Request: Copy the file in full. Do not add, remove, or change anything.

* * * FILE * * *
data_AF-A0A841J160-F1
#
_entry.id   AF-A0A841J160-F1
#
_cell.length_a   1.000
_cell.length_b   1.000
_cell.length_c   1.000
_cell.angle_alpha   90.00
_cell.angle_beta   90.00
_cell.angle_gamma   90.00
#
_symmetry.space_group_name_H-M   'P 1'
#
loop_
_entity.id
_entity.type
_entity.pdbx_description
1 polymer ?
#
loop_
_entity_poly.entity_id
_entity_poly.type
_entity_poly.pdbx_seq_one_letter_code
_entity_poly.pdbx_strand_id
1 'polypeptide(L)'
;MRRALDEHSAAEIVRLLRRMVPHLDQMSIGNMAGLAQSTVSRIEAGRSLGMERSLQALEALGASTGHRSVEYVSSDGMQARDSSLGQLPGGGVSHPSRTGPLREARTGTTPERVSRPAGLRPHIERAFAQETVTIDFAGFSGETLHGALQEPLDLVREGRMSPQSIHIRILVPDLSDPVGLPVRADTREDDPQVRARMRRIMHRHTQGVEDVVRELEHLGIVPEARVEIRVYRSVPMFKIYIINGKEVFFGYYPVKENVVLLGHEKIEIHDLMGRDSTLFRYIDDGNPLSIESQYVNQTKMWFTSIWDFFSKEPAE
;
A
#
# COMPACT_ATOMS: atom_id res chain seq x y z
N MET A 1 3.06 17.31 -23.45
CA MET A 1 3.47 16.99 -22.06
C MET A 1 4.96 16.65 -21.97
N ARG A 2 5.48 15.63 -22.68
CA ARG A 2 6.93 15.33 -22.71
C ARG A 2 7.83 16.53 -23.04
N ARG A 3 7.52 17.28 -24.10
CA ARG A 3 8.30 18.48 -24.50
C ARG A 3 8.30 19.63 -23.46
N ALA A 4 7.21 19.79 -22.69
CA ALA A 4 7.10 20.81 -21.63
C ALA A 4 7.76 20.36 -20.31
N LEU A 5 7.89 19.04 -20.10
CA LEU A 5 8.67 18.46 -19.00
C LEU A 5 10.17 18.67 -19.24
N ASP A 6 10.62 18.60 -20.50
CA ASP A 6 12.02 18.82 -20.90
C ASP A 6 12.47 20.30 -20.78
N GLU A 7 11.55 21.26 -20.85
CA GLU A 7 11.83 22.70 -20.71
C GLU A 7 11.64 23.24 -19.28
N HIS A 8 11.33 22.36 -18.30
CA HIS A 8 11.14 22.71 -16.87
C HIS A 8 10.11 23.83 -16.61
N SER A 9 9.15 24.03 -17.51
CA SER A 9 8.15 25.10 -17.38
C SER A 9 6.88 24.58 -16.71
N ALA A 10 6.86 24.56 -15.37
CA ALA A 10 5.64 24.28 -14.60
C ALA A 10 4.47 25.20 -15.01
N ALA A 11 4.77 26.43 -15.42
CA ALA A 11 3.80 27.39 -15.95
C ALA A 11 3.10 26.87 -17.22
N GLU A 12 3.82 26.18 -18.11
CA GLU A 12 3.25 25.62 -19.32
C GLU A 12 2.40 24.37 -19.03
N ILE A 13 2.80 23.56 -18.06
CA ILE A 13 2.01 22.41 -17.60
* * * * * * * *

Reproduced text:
data_AF-A0A841J160-F1
#
_entry.id   AF-A0A841J160-F1
#
_cell.length_a   1.000
_cell.length_b   1.000
_cell.length_c   1.000
_cell.angle_alpha   90.00
_cell.angle_beta   90.00
_cell.angle_gamma   90.00
#
_symmetry.space_group_name_H-M   'P 1'
#
loop_
_entity.id
_entity.type
_entity.pdbx_description
1 polymer ?
#
loop_
_entity_poly.entity_id
_entity_poly.type
_entity_poly.pdbx_seq_one_letter_code
_entity_poly.pdbx_strand_id
1 'polypeptide(L)'
;MRRALDEHSAAEIVRLLRRMVPHLDQMSIGNMAGLAQSTVSRIEAGRSLGMERSLQALEALGASTGHRSVEYVSSDGMQARDSSLGQLPGGGVSHPSRTGPLREARTGTTPERVSRPAGLRPHIERAFAQETVTIDFAGFSGETLHGALQEPLDLVREGRMSPQSIHIRILVPDLSDPVGLPVRADTREDDPQVRARMRRIMHRHTQGVEDVVRELEHLGIVPEARVEIRVYRSVPMFKIYIINGKEVFFGYYPVKENVVLLGHEKIEIHDLMGRDSTLFRYIDDGNPLSIESQYVNQTKMWFTSIWDFFSKEPAE
;
A
#
# COMPACT_ATOMS: atom_id res chain seq x y z
N MET A 1 3.06 17.31 -23.45
CA MET A 1 3.47 16.99 -22.06
C MET A 1 4.96 16.65 -21.97
N ARG A 2 5.48 15.63 -22.68
CA ARG A 2 6.93 15.33 -22.71
C ARG A 2 7.83 16.53 -23.04
N ARG A 3 7.52 17.28 -24.10
CA ARG A 3 8.30 18.48 -24.50
C ARG A 3 8.30 19.63 -23.46
N ALA A 4 7.21 19.79 -22.69
CA ALA A 4 7.10 20.81 -21.63
C ALA A 4 7.76 20.36 -20.31
N LEU A 5 7.89 19.04 -20.10
CA LEU A 5 8.67 18.46 -19.00
C LEU A 5 10.17 18.67 -19.24
N ASP A 6 10.62 18.60 -20.50
CA ASP A 6 12.02 18.82 -20.90
C ASP A 6 12.47 20.30 -20.78
N GLU A 7 11.55 21.26 -20.85
CA GLU A 7 11.83 22.70 -20.71
C GLU A 7 11.64 23.24 -19.28
N HIS A 8 11.33 22.36 -18.30
CA HIS A 8 11.14 22.71 -16.87
C HIS A 8 10.11 23.83 -16.61
N SER A 9 9.15 24.03 -17.51
CA SER A 9 8.15 25.10 -17.38
C SER A 9 6.88 24.58 -16.71
N ALA A 10 6.86 24.56 -15.37
CA ALA A 10 5.64 24.28 -14.60
C ALA A 10 4.47 25.20 -15.01
N ALA A 11 4.77 26.43 -15.42
CA ALA A 11 3.80 27.39 -15.95
C ALA A 11 3.10 26.87 -17.22
N GLU A 12 3.82 26.18 -18.11
CA GLU A 12 3.25 25.62 -19.32
C GLU A 12 2.40 24.37 -19.03
N ILE A 13 2.80 23.56 -18.06
CA ILE A 13 2.01 22.41 -17.60